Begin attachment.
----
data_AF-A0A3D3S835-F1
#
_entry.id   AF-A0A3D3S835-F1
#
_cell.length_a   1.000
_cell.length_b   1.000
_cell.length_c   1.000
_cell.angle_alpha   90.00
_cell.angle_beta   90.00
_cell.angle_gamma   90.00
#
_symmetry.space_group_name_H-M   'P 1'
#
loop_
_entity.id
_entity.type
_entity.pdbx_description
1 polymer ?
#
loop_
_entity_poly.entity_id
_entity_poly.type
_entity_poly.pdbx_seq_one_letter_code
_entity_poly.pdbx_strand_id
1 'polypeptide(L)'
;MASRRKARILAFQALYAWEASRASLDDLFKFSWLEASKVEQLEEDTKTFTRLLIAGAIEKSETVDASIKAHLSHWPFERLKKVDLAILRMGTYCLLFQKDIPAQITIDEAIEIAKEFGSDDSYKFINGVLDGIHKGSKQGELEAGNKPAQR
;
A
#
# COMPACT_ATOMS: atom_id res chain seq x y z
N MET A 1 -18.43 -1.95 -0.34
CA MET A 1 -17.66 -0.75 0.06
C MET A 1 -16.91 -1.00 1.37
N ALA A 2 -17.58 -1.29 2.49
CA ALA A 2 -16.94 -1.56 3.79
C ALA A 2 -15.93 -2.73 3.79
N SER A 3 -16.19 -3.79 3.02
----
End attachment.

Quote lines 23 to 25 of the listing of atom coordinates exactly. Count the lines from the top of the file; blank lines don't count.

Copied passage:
_entity_poly.pdbx_seq_one_letter_code
_entity_poly.pdbx_strand_id
1 'polypeptide(L)'